GH-induced Stat5 phosphorylation

Cells were stimulated with ‘low’ (25 ng/ml) and ‘high’(100 ng/ml) dose GH (Fig. 7a) for 15 min. No activation of Stat5 was detected in cells transfected with empty vector. In cells expressing GHRwt, phosphorylation of Stat5 was detected after stimulation with 25 ng/ml of GH for 15 min. At the higher concentration of GH (100 ng/ml), the level of phosphorylated Stat5 was increased. At both concentrations, GHR 1–656 expressing cells showed phosphorylation of Stat5, but to a lesser extent than on GHRwt expressing cells. A time response was performed. In GHRwt expressing cells, Stat5 phosphorylation was detected at 15 min after GH stimulation and was sustained for 60 min (Fig. 7b). The same pattern was observed in GHR1–656 expressing cells, although GH seemed to induce Stat5 phosphorylation to a lesser extent.

GH-induced gene expression through LHRE

To further quantify the difference in signaling between GHRwt and the mutant GHR, cells were transfected with 1.5 μg per 12 well plate of receptor expression plasmid and with the Stat5 responsive reporter LHRE-TK-Luc (Fig. 8). Cells were stimulated with varying doses of GH in the presence (b) or absence (a) of dexamethasone. Dexamethasone has been shown to exert a synergetic effect on GH-induced gene expression through LHRE. In cells transfected with control plasmid, no activation of transcription through LHRE was detected (Fig. 8a). When GHRwt was transfected, a six hours exposure to GH induces a dose-dependent increase in luciferase activity compared with unstimulated cells (P<0.001; GHRwt vs control), with activation visible at doses as low as 6.25 ng/ml GH. In cells expressing GHR1–656, GH also induces a dose-dependent LHRE activation, although at a lower level than in GHRwt expressing cells (P<0.001; GHR1–656 vs GHRwt). Similar results were obtained when cells were transfected with lower levels of GHR (data not shown). When the experiments were repeated in the presence of dexamethasone, similar results were obtained, with lower activation of LHRE by GHR1–656 compared with GHRwt (P=0.022 GHR1–656 vs control; P<0.001 GHRwt vs control; P<0.001 GHR1–656 vs GHRwt; Fig. 8b). All P values quoted are for differences between grand means of each GHR type.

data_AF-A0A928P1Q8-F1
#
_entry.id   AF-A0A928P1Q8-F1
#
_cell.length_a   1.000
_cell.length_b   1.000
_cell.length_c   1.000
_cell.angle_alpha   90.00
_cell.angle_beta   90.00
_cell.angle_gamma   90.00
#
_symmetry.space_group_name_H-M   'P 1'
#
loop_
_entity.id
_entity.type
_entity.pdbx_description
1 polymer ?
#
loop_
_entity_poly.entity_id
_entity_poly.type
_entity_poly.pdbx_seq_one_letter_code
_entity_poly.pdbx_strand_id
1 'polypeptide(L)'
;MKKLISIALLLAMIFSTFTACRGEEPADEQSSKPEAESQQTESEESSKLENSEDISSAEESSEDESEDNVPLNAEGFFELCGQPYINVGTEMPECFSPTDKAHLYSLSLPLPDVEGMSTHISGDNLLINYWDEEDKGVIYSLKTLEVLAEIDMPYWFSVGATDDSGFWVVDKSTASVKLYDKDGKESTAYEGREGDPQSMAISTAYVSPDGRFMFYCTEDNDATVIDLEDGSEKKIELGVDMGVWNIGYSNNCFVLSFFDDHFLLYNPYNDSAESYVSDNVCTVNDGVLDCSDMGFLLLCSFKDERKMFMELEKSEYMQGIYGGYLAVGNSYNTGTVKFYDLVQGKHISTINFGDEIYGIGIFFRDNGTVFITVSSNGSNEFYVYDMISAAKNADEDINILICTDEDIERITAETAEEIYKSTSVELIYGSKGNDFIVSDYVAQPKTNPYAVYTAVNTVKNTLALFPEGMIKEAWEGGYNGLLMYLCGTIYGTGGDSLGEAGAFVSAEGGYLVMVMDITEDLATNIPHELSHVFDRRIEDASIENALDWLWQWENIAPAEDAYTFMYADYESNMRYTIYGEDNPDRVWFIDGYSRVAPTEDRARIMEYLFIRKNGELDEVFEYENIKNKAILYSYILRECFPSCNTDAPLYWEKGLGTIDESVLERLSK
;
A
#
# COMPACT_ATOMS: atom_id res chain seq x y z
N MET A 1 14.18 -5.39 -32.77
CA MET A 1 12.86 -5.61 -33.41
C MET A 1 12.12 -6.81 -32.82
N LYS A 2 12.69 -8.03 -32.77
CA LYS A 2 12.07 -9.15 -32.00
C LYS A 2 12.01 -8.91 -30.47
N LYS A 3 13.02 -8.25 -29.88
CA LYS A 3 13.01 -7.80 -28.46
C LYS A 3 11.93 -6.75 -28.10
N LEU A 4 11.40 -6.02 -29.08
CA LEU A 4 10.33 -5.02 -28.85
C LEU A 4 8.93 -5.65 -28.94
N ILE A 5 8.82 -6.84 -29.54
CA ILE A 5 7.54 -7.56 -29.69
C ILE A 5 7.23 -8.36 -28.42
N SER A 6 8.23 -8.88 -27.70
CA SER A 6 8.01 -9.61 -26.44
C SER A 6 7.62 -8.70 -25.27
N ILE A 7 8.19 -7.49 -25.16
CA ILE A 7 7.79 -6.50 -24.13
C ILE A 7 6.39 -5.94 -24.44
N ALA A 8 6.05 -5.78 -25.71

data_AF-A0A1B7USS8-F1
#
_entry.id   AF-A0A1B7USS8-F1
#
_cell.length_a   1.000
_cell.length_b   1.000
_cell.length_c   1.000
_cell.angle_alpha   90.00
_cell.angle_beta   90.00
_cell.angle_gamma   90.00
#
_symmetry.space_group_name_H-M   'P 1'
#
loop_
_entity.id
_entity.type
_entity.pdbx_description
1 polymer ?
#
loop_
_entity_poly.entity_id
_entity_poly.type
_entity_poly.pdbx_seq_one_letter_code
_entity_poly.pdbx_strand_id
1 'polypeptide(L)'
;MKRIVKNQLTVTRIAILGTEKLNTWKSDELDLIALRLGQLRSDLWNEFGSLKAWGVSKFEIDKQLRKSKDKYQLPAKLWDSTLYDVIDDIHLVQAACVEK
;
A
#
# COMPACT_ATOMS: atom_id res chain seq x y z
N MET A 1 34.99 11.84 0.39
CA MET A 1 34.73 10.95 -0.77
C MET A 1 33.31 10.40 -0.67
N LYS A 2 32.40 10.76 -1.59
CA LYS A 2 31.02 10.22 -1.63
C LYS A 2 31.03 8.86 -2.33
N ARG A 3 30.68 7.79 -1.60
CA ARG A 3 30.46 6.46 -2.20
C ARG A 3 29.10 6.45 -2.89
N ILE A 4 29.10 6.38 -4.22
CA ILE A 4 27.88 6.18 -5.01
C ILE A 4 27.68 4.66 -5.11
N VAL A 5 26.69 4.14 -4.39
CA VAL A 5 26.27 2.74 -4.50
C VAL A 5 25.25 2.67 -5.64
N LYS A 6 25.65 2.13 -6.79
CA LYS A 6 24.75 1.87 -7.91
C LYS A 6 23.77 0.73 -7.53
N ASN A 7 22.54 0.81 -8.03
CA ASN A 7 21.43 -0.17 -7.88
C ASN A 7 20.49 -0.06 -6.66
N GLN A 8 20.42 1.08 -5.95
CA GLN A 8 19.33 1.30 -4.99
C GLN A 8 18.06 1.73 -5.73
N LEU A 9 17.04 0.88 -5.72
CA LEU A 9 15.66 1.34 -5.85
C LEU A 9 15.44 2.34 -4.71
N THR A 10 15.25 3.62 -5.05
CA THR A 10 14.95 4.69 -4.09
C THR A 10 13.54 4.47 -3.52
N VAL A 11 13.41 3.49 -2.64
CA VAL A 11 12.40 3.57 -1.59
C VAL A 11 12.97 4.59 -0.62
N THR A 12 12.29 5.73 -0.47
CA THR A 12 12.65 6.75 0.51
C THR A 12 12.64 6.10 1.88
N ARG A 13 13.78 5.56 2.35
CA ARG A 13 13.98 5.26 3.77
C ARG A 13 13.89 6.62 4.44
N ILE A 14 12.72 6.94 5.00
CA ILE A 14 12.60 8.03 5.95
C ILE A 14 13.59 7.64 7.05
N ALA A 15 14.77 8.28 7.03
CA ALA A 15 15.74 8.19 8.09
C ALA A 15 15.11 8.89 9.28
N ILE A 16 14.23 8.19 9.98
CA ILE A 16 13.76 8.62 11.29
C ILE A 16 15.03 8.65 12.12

Discussion

This manuscript reports in vitro studies of a GHR mutant identified in siblings with GHIS. The patients presented with atypical GHIS and our goal was to investigate the functional capacity of the mutant GHR.

An important first-step in GH signaling is the formation of a trimer complex with one molecule of ligand and two molecules of receptors. Recent studies suggest that GHR pre-exists as a dimer when synthesised (Ross et al. 2001, Gent et al. 2002), and that GH binding results in a conformational change (Ross et al. 2001) and the formation of a cysteine bond (Zhang et al. 1999). As the pseudo-exon insertion in the GHR mutant lies between exons 6 and 7 (Metherell et al. 2001), a region previously described as critically involved in receptor dimerization (Cunningham et al. 1991), it had been suggested that the mutation resulted in a dimerization defect resulting in GHI. However, our studies indicate that the primary cause underlying the GHIS was related to a trafficking defect in the mutant receptor.

Binding studies on cell monolayers indicated that GHR1–656 binds less GH than GHRwt at the cell surface. We considered that GHR1–656 could have a reduced affinity for GH, however, our flow cytometry analysis confirmed that the levels of cell surface GHR1–656 protein were lower than for GHRwt. Some mutations in the GHR result in a defect in expression (Esposito et al. 1998), but this is not the case with GHR1–656 as RT-PCR from the patient’s fibroblasts to construct the expression vector confirmed the previous studies that the mutant GHR mRNA was expressed at nominal levels (Metherell et al. 2001). Although cell surface binding was reduced for the mutant the overall binding for the mutant from total membranes was if anything increased. As the total cellular GHR binding of GH was not reduced in GHR mutant compared with GHRwt, this suggests that the affinity for GH is not a major defect for this mutation.